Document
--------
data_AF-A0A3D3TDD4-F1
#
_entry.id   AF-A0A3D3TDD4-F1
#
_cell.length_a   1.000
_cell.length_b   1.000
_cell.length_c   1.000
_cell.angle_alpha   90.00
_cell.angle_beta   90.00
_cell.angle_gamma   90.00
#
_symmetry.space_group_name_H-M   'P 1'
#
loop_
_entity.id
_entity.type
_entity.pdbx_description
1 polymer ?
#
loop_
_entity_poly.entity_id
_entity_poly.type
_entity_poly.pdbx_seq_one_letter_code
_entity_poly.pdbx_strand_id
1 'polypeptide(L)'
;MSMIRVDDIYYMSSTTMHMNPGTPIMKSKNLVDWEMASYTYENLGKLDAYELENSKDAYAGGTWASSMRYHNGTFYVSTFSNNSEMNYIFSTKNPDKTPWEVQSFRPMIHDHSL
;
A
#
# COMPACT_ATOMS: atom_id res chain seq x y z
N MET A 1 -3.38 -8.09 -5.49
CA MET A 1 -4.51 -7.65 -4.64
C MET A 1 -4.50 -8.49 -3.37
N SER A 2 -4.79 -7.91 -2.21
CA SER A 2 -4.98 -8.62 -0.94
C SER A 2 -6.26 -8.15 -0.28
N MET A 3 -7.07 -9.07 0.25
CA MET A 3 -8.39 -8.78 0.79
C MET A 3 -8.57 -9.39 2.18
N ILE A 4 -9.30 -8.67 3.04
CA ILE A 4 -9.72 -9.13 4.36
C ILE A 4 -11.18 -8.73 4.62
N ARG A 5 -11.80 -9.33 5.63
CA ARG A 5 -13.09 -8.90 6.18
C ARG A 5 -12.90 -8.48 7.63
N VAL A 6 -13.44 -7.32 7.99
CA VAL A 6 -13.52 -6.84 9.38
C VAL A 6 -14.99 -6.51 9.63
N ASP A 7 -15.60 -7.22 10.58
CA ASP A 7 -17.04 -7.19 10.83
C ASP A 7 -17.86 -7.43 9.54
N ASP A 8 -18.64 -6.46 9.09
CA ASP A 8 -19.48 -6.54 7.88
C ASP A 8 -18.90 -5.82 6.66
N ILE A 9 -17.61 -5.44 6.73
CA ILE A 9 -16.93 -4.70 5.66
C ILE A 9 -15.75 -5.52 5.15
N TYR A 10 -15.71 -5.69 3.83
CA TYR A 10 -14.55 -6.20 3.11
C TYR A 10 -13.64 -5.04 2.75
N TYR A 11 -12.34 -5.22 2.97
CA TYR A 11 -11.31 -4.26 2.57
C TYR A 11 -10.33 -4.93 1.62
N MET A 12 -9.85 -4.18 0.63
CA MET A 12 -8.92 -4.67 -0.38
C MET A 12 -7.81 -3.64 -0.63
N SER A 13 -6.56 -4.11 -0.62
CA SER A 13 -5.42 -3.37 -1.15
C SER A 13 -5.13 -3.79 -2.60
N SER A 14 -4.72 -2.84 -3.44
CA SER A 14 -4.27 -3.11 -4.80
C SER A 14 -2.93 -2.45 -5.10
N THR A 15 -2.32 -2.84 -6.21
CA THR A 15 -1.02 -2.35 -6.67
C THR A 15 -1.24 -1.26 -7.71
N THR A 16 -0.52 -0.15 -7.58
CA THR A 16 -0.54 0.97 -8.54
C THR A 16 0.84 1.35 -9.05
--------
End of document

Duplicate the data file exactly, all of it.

data_AF-A0A3D3TDD4-F1
#
_entry.id   AF-A0A3D3TDD4-F1
#
_cell.length_a   1.000
_cell.length_b   1.000
_cell.length_c   1.000
_cell.angle_alpha   90.00
_cell.angle_beta   90.00
_cell.angle_gamma   90.00
#
_symmetry.space_group_name_H-M   'P 1'
#
loop_
_entity.id
_entity.type
_entity.pdbx_description
1 polymer ?
#
loop_
_entity_poly.entity_id
_entity_poly.type
_entity_poly.pdbx_seq_one_letter_code
_entity_poly.pdbx_strand_id
1 'polypeptide(L)'
;MSMIRVDDIYYMSSTTMHMNPGTPIMKSKNLVDWEMASYTYENLGKLDAYELENSKDAYAGGTWASSMRYHNGTFYVSTFSNNSEMNYIFSTKNPDKTPWEVQSFRPMIHDHSL
;
A
#
# COMPACT_ATOMS: atom_id res chain seq x y z
N MET A 1 -3.38 -8.09 -5.49
CA MET A 1 -4.51 -7.65 -4.64
C MET A 1 -4.50 -8.49 -3.37
N SER A 2 -4.79 -7.91 -2.21
CA SER A 2 -4.98 -8.62 -0.94
C SER A 2 -6.26 -8.15 -0.28
N MET A 3 -7.07 -9.07 0.25
CA MET A 3 -8.39 -8.78 0.79
C MET A 3 -8.57 -9.39 2.18
N ILE A 4 -9.30 -8.67 3.04
CA ILE A 4 -9.72 -9.13 4.36
C ILE A 4 -11.18 -8.73 4.62
N ARG A 5 -11.80 -9.33 5.63
CA ARG A 5 -13.09 -8.90 6.18
C ARG A 5 -12.90 -8.48 7.63
N VAL A 6 -13.44 -7.32 7.99
CA VAL A 6 -13.52 -6.84 9.38
C VAL A 6 -14.99 -6.51 9.63
N ASP A 7 -15.60 -7.22 10.58
CA ASP A 7 -17.04 -7.19 10.83
C ASP A 7 -17.86 -7.43 9.54
N ASP A 8 -18.64 -6.46 9.09
CA ASP A 8 -19.48 -6.54 7.88
C ASP A 8 -18.90 -5.82 6.66
N ILE A 9 -17.61 -5.44 6.73
CA ILE A 9 -16.93 -4.70 5.66
C ILE A 9 -15.75 -5.52 5.15
N TYR A 10 -15.71 -5.69 3.83
CA TYR A 10 -14.55 -6.20 3.11
C TYR A 10 -13.64 -5.04 2.75
N TYR A 11 -12.34 -5.22 2.97
CA TYR A 11 -11.31 -4.26 2.57
C TYR A 11 -10.33 -4.93 1.62
N MET A 12 -9.85 -4.18 0.63
CA MET A 12 -8.92 -4.67 -0.38
C MET A 12 -7.81 -3.64 -0.63
N SER A 13 -6.56 -4.11 -0.62
CA SER A 13 -5.42 -3.37 -1.15
C SER A 13 -5.13 -3.79 -2.60
N SER A 14 -4.72 -2.84 -3.44
CA SER A 14 -4.27 -3.11 -4.80
C SER A 14 -2.93 -2.45 -5.10
N THR A 15 -2.32 -2.84 -6.21
CA THR A 15 -1.02 -2.35 -6.67
C THR A 15 -1.24 -1.26 -7.71
N THR A 16 -0.52 -0.15 -7.58
CA THR A 16 -0.54 0.97 -8.54
C THR A 16 0.84 1.35 -9.05